Note to self
This week I found myself contemplating a TED Talk by the Hollywood actress Thandie Newton. The child of a black Zimbabwean mother and an English father, Newton reflects on what it was like to grow up as a mixed-race child in 1970s England.
“I was ‘other’ before being anything else, even before being a girl. I was a noticeable nobody,” she says in the talk.
Her words echoed what life was like for me, growing up in apartheid South Africa, and what life still feels like for many black South Africans, especially those who work in corporate South Africa.
Apartheid was very good at its job. How we perceive ourselves – and how others perceive us – is so deeply ingrained. As a country we are still carrying a belief system that white is better, white is right, white is more beautiful. That is our conditioning, and it is deep within us all.
That’s not to say that corporate South Africa hasn’t shifted at all. There has been a slow and steady journey in which boardrooms have begun to include the necessary numbers and quotas to reflect the majority black population. It is important that we acknowledge this.
But we must also acknowledge that when it comes to people, numbers are not enough. True diversity and inclusion is not about scorecards or tolerating each other. True diversity is about genuinely getting to know, understand and connect with each other because only then can we be aligned to the same goals, and achieve the productivity and the numbers companies truly care about: the bottom line.
So how do we get there? There is no silver bullet. It’s a process, not an event. True transformation is about coming face to face with the unconscious bias within ourselves, and realising that what is in me, is stopping me from connecting with you.
And to do that, we have to swallow some very bitter pills. The contemplation of privilege and internalised dominance is a deep, deep thing among white South Africans, as is the notion of internalised oppression among black South Africans. There are uncomfortable truths about ourselves from which we would rather turn away.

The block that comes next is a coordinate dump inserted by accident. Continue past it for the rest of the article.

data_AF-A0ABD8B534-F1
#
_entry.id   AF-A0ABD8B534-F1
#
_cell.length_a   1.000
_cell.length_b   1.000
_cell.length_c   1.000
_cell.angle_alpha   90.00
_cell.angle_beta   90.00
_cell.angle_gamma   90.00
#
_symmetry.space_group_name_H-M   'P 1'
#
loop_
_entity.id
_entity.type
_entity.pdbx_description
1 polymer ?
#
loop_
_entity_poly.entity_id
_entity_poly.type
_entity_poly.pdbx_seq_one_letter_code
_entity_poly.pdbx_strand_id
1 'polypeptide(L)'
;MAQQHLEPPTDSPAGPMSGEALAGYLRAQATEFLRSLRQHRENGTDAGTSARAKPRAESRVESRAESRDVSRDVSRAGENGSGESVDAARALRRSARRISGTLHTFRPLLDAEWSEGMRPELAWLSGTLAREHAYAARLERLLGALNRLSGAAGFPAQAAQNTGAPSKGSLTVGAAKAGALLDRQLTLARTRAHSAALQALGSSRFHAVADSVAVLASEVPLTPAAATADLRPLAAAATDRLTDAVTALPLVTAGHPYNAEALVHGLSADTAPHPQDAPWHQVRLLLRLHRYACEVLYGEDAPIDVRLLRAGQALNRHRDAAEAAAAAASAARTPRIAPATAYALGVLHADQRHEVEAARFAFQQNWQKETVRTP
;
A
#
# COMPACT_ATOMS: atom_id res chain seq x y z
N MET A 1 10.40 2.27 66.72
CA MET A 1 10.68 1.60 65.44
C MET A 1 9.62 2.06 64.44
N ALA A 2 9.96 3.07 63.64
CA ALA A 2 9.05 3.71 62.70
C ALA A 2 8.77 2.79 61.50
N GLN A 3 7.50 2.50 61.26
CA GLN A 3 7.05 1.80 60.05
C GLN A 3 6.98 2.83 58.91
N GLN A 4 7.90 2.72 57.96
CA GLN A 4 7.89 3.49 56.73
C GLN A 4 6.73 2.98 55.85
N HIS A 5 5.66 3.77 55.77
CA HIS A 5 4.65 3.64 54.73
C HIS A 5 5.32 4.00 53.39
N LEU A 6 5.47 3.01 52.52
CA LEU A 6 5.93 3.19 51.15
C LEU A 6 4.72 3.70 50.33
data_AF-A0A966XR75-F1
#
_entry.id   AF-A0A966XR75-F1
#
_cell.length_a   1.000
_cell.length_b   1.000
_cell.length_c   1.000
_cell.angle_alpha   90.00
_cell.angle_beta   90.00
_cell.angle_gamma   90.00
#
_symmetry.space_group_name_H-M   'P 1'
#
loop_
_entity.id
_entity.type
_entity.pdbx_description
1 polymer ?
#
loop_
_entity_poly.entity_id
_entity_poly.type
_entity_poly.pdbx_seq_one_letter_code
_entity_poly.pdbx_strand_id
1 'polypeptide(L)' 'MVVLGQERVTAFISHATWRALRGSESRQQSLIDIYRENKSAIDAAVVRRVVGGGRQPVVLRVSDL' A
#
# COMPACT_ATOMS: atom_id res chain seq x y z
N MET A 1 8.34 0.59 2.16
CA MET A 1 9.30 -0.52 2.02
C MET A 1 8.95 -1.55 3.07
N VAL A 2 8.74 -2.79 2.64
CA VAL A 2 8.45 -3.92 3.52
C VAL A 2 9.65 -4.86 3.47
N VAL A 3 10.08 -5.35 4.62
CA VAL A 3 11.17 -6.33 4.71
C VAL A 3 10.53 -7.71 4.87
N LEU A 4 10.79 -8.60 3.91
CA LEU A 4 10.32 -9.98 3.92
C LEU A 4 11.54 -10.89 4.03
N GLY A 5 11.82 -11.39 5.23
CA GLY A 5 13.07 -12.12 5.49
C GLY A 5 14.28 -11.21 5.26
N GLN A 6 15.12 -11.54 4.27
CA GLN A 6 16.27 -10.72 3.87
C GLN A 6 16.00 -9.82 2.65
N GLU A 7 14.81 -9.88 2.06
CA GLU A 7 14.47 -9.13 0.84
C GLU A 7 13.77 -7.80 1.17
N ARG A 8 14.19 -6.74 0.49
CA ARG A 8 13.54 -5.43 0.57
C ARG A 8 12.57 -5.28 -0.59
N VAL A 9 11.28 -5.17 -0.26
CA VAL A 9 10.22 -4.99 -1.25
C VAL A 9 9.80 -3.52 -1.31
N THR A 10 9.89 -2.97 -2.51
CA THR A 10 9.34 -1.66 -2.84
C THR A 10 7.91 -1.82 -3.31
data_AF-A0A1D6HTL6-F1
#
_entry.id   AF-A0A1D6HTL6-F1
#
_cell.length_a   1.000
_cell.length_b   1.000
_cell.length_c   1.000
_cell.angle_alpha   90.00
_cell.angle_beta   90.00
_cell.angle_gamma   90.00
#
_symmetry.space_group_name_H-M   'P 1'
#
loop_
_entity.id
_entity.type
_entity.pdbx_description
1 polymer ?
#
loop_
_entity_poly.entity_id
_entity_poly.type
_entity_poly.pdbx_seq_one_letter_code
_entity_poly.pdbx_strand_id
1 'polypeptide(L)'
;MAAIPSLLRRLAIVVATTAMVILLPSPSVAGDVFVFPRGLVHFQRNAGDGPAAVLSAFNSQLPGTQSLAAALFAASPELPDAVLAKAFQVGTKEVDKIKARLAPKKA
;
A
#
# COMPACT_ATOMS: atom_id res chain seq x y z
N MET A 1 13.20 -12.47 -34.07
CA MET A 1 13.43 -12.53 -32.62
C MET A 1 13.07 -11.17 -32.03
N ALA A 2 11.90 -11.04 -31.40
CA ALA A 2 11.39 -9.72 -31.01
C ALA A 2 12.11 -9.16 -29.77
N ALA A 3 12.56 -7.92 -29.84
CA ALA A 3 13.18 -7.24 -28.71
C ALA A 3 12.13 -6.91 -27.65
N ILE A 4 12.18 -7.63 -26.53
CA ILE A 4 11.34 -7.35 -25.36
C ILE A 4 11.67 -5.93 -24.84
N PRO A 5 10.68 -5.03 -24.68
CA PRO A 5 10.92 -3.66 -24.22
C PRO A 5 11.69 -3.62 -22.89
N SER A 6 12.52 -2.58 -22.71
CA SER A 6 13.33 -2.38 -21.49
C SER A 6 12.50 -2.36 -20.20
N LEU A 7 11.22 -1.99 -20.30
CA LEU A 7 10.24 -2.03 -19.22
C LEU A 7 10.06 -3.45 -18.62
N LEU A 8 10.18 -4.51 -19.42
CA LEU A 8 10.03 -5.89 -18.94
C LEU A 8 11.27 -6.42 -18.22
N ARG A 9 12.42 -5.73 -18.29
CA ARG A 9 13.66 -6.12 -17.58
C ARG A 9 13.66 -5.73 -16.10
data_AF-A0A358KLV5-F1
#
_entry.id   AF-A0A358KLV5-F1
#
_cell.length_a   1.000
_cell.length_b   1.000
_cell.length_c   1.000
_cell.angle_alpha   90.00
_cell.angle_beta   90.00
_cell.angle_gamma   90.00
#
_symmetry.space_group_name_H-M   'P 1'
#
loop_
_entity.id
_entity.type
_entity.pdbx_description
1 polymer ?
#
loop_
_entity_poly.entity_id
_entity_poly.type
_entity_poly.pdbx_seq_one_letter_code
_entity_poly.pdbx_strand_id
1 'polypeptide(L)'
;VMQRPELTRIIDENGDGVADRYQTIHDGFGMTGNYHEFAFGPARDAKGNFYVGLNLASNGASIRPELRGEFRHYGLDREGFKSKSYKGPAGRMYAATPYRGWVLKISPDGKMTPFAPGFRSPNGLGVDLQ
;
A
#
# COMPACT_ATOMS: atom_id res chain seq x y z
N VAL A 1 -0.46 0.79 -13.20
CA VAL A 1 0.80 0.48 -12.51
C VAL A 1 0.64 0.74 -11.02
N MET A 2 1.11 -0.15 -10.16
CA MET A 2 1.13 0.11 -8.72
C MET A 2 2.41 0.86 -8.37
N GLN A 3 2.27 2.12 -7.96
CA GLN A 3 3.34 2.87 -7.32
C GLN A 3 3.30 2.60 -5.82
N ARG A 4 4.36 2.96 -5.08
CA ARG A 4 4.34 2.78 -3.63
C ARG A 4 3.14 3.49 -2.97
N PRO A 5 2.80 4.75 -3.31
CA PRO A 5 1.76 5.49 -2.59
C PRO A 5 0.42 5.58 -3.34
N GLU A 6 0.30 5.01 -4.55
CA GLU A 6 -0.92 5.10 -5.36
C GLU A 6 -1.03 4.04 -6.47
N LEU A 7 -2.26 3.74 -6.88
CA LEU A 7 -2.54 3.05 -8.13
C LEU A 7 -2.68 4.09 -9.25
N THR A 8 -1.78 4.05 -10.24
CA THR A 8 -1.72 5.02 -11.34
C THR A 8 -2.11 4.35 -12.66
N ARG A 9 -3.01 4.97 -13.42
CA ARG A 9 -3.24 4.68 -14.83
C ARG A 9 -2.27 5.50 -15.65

At Emuthini Consulting our processes have the prime objective of creating spaces where true dialogue can happen.
These dialogues are never easy. The common tendency is to become defensive about accepting our social conditioning. Frequent comments include:
• “We are all equal now. Why can’t we just move on?”
• “There is no blood on my hands. I’m working just as hard as my black colleagues”
• And the red rag to a bull: “I am colour-blind”
To say to a black person who lived through apartheid that you are colour-blind, is as if to say you do not see them. Invisible all over again, like Newton’s “noticeable nobody”.
For too long corporate bosses have rolled out diversity programmes because they have had to, not because they have believed that to do so will positively impact on lives or bottom lines. Why? Because they, too, are trapped in their unconscious biases.
Our job at this juncture, as South Africans, as humans, as employers and employees, is to increase our awareness of ourselves, of our lived context, of the people with whom we interact on a daily basis and of how our behaviour impacts on them.
We can unlearn our unconsciousness biases and relearn a new way of being. But to do so, we have to want to. Our intention matters.